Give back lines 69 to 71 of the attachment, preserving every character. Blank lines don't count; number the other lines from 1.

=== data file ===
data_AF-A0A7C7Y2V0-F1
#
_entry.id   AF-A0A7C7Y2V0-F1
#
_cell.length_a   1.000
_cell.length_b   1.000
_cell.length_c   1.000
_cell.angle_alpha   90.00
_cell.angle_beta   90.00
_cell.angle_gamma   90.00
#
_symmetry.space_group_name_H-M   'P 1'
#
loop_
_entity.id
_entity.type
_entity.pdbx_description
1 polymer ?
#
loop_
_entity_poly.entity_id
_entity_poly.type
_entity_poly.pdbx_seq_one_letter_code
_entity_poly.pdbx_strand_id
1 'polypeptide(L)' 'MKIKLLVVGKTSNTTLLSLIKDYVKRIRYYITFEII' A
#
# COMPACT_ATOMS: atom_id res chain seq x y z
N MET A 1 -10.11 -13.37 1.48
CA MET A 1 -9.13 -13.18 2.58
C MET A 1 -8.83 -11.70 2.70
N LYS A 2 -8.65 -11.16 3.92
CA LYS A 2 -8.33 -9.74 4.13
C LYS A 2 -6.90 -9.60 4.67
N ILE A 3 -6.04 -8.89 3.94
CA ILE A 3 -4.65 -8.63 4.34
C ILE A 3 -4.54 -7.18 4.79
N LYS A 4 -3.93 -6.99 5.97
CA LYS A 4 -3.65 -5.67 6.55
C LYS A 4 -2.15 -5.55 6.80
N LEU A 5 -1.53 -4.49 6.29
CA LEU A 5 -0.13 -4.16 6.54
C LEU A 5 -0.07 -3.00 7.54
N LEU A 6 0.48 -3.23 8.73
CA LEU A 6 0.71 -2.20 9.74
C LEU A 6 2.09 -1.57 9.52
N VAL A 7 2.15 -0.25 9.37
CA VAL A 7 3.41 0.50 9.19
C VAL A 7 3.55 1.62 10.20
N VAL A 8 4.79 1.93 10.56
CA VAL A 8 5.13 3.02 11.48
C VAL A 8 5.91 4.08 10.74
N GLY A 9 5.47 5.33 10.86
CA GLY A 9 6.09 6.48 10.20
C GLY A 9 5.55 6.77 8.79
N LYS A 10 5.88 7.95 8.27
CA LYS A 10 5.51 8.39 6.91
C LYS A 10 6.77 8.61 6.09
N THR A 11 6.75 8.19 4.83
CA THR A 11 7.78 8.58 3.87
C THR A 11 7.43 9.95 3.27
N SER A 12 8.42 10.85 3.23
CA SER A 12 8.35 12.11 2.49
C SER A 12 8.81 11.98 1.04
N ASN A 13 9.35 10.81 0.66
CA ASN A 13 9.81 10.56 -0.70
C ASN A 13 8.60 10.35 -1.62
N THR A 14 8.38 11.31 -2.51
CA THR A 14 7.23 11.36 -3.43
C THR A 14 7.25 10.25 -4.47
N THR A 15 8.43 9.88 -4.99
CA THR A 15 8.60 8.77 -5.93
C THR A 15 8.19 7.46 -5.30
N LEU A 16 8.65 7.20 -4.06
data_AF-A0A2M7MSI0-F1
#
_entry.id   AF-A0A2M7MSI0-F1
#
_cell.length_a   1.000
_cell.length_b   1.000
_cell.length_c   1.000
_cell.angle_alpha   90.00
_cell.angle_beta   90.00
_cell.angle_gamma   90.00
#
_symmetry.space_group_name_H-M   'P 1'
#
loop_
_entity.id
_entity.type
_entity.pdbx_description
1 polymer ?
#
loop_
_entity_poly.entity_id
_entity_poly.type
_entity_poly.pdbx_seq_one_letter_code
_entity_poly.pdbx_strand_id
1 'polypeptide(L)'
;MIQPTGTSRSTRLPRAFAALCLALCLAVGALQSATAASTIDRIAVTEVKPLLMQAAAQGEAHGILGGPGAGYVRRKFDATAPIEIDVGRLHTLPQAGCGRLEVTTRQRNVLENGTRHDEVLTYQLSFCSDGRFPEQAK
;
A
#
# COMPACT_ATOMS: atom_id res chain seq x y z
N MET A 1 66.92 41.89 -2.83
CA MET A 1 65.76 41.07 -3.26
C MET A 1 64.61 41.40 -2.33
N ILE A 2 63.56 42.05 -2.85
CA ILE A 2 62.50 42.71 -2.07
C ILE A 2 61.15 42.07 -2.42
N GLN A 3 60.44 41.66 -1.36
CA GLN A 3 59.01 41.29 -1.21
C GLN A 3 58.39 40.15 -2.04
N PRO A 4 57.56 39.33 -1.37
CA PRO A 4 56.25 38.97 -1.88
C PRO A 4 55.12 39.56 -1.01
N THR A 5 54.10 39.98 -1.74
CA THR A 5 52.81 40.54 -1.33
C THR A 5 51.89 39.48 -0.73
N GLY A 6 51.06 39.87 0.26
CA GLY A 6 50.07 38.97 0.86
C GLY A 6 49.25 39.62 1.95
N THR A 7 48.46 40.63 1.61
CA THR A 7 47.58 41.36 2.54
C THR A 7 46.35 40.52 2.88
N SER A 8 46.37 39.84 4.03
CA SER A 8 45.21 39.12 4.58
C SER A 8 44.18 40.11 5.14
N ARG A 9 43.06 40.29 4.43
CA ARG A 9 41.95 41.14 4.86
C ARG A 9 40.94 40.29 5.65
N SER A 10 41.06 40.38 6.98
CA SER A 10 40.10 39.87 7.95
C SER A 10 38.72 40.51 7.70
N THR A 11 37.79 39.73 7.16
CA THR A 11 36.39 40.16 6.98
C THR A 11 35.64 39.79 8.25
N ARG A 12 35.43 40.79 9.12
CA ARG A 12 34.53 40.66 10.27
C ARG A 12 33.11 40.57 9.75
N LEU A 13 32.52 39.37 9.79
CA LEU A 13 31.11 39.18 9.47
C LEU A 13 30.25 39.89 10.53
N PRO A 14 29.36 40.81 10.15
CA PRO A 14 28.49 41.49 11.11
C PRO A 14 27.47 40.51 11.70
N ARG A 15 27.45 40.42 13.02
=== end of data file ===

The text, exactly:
C THR A 14 7.25 10.25 -4.47
N THR A 15 8.43 9.88 -4.99
CA THR A 15 8.60 8.77 -5.93